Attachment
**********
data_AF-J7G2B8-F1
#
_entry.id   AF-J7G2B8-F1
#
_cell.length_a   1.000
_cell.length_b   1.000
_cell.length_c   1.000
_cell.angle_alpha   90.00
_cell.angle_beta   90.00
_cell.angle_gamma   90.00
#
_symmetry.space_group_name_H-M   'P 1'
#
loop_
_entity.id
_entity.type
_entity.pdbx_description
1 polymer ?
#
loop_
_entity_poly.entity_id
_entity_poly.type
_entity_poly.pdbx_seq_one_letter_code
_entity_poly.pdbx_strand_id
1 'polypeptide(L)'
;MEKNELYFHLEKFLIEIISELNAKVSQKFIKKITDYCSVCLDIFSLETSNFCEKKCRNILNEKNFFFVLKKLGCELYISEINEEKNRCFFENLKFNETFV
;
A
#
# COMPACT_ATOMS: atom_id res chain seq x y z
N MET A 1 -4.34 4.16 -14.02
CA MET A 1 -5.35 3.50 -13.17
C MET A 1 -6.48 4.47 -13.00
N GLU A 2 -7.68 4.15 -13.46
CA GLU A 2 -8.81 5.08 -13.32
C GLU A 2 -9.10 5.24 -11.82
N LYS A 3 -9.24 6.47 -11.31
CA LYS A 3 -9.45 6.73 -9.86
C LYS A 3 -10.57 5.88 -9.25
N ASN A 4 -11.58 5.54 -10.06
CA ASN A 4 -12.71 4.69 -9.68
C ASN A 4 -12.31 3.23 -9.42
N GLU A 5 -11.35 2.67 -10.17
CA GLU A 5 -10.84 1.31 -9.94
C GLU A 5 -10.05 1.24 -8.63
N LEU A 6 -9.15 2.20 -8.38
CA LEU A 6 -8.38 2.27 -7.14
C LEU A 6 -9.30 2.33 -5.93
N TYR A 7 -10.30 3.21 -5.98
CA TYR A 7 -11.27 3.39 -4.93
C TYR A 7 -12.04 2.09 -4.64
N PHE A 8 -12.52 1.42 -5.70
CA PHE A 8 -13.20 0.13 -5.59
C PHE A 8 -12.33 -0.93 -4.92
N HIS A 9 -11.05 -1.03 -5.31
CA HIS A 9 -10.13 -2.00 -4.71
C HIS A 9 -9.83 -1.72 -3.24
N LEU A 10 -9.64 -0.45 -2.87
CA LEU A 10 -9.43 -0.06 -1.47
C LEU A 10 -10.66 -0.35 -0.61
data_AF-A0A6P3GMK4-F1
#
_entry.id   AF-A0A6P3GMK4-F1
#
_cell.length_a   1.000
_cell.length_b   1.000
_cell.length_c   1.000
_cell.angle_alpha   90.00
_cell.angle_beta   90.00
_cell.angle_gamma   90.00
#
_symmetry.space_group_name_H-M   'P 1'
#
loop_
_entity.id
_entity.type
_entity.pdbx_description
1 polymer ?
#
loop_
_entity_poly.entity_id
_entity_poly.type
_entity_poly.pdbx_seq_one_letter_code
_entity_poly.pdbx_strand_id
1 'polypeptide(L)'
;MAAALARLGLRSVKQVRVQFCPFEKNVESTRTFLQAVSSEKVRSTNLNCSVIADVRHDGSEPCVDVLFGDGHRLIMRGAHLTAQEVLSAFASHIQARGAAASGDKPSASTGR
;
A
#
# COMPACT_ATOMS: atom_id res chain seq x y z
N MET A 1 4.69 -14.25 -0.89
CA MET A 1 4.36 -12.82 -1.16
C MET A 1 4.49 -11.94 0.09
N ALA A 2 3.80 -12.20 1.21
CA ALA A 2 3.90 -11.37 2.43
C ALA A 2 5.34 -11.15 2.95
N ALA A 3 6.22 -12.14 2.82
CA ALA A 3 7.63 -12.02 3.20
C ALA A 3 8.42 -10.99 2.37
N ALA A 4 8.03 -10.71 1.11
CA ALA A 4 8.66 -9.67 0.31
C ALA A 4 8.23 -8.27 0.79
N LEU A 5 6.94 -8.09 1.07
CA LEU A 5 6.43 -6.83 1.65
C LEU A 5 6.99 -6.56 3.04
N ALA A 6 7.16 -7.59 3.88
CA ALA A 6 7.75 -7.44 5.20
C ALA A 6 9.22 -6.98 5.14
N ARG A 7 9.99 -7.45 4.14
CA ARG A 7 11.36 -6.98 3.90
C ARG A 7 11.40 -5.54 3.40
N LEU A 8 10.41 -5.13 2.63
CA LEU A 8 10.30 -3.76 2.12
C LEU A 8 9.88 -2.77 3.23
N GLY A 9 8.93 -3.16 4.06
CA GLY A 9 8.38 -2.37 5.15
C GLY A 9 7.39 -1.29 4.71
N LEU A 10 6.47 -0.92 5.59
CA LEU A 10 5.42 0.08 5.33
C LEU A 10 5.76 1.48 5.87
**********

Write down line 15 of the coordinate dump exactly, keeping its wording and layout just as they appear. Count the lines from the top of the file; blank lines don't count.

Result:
_entity.id